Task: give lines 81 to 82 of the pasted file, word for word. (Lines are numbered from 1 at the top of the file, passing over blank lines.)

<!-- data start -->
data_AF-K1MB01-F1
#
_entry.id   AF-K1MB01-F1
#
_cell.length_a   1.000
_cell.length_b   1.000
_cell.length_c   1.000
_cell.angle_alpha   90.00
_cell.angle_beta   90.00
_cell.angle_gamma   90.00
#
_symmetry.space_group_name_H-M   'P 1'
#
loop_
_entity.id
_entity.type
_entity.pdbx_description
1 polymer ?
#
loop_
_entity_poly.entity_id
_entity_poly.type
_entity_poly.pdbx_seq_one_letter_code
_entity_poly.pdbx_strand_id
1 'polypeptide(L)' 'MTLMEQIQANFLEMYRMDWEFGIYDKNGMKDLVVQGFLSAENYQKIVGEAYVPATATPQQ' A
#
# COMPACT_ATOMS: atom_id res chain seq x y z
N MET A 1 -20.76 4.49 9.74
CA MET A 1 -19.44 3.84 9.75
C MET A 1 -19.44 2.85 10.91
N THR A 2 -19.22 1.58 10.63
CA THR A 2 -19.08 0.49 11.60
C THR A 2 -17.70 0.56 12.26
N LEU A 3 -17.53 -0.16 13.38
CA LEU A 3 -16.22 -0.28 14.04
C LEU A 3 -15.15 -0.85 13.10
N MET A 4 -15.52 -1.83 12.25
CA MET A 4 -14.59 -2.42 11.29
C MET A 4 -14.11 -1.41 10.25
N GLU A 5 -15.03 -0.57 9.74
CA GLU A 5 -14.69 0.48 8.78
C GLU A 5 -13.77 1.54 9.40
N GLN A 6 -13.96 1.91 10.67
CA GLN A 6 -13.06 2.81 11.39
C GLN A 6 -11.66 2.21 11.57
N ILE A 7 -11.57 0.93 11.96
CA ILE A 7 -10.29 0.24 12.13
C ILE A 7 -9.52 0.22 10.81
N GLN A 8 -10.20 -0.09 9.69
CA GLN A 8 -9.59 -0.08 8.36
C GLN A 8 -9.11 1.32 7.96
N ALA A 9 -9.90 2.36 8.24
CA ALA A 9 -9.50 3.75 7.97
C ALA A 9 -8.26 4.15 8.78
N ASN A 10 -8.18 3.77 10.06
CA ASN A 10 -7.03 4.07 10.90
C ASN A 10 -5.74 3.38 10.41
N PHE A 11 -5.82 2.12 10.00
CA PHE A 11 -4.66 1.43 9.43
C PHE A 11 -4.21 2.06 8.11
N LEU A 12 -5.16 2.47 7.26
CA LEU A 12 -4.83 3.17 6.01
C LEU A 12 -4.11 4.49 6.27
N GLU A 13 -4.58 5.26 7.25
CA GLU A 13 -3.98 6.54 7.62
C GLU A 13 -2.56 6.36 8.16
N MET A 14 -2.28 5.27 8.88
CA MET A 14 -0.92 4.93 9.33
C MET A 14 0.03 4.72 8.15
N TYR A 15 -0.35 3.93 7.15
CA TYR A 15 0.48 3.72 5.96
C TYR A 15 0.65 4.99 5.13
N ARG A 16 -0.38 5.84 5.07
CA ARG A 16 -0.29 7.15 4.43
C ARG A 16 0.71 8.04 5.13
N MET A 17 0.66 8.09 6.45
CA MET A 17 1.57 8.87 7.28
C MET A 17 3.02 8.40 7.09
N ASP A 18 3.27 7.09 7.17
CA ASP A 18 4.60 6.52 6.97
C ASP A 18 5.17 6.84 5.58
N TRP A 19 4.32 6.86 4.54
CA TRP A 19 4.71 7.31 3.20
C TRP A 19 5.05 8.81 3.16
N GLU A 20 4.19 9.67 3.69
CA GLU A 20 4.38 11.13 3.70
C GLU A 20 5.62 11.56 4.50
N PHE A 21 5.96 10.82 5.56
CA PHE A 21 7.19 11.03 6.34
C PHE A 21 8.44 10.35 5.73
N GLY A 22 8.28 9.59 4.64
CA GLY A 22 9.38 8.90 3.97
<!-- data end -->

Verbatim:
C ASP A 18 5.17 6.84 5.58
N TRP A 19 4.32 6.86 4.54